So that weekend, Michael needed to buy a certain type of flower that his wife was requesting – a white wave petunia. Not wanting to make a 20 minute round trip without knowing they had that type of plant, Michael called the store first. After going through 5 menus on the phone system, Michael selected the right option (or so he had hoped) and was transferred to the nursery; he hung up after the phone rang for the 18th time with nobody answering.

He then hopped in his car to go there anyway as it was getting late in the day. When Michael entered the nursery area, he immediately walked up to the cashier and waited behind the only customer in line. Since that conversation was taking several minutes, Michael walked to the flower pots and began looking for the plant. There Michael saw every petunia known to man. . .except a white wave petunia.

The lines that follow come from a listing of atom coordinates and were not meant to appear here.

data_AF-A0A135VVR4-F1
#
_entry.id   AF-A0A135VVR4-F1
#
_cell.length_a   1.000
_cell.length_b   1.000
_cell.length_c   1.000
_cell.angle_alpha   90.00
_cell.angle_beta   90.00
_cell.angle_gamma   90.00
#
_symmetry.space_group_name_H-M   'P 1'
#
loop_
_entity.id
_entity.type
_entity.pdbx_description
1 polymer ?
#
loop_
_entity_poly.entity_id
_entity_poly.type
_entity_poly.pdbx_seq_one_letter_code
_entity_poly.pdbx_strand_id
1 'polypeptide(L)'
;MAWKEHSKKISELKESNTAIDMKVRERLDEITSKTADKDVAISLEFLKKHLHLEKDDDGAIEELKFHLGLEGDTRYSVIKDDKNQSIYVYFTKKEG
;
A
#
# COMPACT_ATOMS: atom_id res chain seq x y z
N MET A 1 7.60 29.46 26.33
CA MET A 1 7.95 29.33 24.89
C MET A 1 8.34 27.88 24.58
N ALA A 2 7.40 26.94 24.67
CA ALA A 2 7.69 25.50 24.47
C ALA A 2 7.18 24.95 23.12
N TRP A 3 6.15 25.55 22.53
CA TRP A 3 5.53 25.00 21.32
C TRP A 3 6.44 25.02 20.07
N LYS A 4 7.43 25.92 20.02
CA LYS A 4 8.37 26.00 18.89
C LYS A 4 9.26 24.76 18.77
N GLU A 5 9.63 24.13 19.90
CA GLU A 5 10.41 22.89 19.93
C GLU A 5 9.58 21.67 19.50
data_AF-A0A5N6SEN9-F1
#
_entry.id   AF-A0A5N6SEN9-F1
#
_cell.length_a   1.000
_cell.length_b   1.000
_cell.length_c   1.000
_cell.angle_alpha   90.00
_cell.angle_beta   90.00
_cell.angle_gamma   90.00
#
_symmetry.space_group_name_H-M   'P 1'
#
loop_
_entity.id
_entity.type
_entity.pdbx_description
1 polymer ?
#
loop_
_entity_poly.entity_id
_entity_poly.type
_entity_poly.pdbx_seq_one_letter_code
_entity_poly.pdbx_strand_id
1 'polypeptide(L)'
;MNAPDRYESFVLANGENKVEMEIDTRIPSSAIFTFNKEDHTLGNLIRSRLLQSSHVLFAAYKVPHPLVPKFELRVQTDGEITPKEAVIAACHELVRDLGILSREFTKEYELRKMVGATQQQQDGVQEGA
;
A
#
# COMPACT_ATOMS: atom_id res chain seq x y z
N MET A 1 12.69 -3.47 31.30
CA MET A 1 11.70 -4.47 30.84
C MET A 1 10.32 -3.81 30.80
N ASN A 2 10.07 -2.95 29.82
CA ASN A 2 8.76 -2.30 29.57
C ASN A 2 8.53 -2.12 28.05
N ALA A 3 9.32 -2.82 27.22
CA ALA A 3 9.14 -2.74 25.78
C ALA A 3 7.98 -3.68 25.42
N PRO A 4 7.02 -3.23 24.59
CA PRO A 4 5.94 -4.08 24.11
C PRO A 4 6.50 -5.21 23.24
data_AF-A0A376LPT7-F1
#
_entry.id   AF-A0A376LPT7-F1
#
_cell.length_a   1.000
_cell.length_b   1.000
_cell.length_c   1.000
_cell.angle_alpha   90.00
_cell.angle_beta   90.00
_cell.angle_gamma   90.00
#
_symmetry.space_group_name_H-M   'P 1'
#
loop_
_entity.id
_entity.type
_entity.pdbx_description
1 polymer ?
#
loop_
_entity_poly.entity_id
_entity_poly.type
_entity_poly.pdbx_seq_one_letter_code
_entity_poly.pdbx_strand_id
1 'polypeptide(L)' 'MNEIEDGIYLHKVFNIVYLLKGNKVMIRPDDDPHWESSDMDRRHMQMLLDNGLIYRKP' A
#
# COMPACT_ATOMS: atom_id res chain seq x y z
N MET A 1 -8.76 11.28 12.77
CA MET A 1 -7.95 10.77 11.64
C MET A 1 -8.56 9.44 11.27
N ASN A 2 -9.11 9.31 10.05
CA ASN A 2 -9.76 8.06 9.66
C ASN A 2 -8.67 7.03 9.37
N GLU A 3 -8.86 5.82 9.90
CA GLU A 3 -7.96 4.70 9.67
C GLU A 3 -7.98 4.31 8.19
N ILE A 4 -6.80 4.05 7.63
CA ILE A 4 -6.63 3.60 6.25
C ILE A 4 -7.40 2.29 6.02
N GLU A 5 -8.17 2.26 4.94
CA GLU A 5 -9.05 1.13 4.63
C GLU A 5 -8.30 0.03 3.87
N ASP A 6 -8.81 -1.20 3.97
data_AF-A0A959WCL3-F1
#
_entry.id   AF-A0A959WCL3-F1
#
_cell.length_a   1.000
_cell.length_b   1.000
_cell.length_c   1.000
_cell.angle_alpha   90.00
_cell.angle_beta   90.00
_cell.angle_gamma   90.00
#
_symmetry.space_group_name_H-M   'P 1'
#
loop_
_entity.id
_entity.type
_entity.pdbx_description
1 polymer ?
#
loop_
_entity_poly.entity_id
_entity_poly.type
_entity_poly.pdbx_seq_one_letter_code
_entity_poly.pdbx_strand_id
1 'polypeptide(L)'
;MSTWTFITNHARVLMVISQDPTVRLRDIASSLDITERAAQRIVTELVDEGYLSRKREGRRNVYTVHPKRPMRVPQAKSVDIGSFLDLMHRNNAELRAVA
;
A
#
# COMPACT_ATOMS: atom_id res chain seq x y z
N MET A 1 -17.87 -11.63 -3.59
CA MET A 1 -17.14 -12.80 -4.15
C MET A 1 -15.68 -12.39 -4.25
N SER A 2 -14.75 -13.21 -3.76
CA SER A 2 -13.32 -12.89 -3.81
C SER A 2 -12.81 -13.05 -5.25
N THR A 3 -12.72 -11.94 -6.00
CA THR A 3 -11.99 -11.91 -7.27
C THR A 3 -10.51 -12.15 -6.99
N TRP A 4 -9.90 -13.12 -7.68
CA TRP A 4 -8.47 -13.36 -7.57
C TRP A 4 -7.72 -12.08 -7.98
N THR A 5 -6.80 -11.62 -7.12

So he went back to the cashier, and when the cashier was done helping the customer, Michael asked for help.

“I’m just a cashier,” responded the employee. “I don’t know what those are; why don’t you go ask an employee back in lumber?”

“Where?,” Michael responded.

“Back in the back quadrant over there; they’re over there,” the cashier replied.

Then Michael went to the ‘back quadrant,’ but there were no employees around.

Michael left without a white wave petunia, without a good feeling about the store, and with the definite suspicion that this board member had never shopped at his own stores.

Metrics can look good, but the experience can be bad.

Trust data to a point, but verify what the experience is like in reality. Experience your business like a customer would experience it.